To achieve real changes in society a single experiment will not suffice – only multiple and repeated experiments in different places can build up a force of change. Crucial issues thus relate to learning and transferability. How can the experiences gained in one experiment be transferred to another? Some will argue that the context is so decisive that possibilities for duplication are limited, but we know from practical experience that policy solutions are copied and multiplied within and across sectors and countries.  The randomised control is not the only way to achieve reproducibility, and may not even be the most effective way to build a base from which to ‘upscale’ experiments. The mechanisms of these ‘upscaling’ processes and transitions are an area of considerable theoretical and practical interest.

The workshop highlighted that experiments are an interesting focal area for INOGOV. The special issues that will  emerge, in particular the one in the Journal of Cleaner Production will expand the ideas and opportunities further.


Brown HS, and Vergragt PJ. 2008. Bounded socio-technical experiments as agents of systemic change: The case of a zero-energy residential building. Technological Forecasting and Social Change 75(1): 107-130.

Bulkeley H, and Castán Broto V. 2012. Government by experiment? Global cities and the governing of climate change. Transactions of the Institute of British Geographers 38(3):361–375.

Bulkeley, Harriet, Liliana Andonova, Karin Backstrand, Michele Betsill, Daniel Compagnon, Rosaleen Duffy, Matthew Hoffmann, Ans Kolk, David Levy, Peter Newell, Matthew Paterson, Phillip Pattberg, Stacy VanDeveer. 2012. “Governing Climate Change Transnationally: Assessing the Evidence from a Database of Sixty Initiatives,” Environment and Planning C 30: 591-612.

Cumming G. 2013. Scale mismatches and reflexive law. Ecology & Society 18(1):15.

European Commission 2011. Communication from the Commission to the European Parliament, the Council, the European Economic and Social Committee and the Committee of the Regions: A Roadmap for moving to a competitive low carbon economy in 2050. COM(2011)0112.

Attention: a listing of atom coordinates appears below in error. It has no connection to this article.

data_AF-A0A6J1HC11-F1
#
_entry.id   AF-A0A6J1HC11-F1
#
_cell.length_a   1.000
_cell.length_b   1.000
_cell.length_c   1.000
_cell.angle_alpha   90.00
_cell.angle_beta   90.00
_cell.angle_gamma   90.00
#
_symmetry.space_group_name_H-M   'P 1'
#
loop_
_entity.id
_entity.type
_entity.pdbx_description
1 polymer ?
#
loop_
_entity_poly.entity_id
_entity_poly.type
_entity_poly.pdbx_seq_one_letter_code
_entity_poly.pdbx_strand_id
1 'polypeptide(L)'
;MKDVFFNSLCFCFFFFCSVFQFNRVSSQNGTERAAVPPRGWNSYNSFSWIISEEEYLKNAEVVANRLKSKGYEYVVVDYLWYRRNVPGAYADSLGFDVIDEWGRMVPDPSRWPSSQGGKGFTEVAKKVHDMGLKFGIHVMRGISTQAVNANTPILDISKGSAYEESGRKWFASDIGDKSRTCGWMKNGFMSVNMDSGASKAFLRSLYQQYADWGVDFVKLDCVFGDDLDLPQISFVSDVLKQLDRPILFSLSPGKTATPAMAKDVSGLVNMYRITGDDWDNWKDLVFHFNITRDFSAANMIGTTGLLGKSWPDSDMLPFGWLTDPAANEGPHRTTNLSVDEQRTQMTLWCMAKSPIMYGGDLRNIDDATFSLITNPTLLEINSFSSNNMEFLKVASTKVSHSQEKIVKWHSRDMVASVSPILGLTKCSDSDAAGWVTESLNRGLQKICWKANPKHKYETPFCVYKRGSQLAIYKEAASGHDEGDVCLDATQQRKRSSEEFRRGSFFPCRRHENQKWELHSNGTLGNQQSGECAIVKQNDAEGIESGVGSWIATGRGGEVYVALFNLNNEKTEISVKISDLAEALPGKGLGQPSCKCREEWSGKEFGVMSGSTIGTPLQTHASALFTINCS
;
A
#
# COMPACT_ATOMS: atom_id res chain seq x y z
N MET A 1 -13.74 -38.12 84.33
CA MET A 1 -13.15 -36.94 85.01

Evans JP. 2011. Resilience, ecology and adaptation in the experimental city. Transactions of the Institute of British Geographers 36(2):223-237.

Hoffmann. Matthew J. 2011. Climate Governance at the Crossroads: Experimenting with a Global Response after Kyoto Oxford University Press.

Jowell R. 2003. Trying It Out: The Role of ‘Pilots’ in Policy-Making. London: Cabinet Office.

Kemp R, Schot J, and Hoogma R. 1998. Regime shifts to sustainability through processes of niche formation: The approach of strategic niche management. Technology Analysis and Strategic Management 10(2):175-195.

Ruhl JB. 2011. General design principles for resilience and adaptive capacity in legal systems – with applications to climate change adaptation. North Carolina Law Review 89(5):1373-1403.

Sabel CF, and Zeitlin J, editors. 2010. Experimentalist Governance in the European Union: Towards a New Architechture. New York: Oxford University Press.

Schot J, and Geels FW. 2008. Strategic niche management and sustainable innovation journeys: theory, findings, research agenda, and policy. Technology Analysis & Strategic Management 20(5):537-554.

Seyfang G, and Smith A. 2007. Grassroots innovations for sustainable development: Towards a new research and policy agenda. Environmental Politics 16(4):584-603.

Teubner G. 1983. Substantive and reflexive elements in modern law. Law and society review 17:239-286.

Vander Veen Z. 2011 John Dewey’s Experimental Politics: Inquiry and Legitimacy. Transactions of the Charles S. Peirce Society    47: 158-181.


Photo credit: Shereen M/Flickr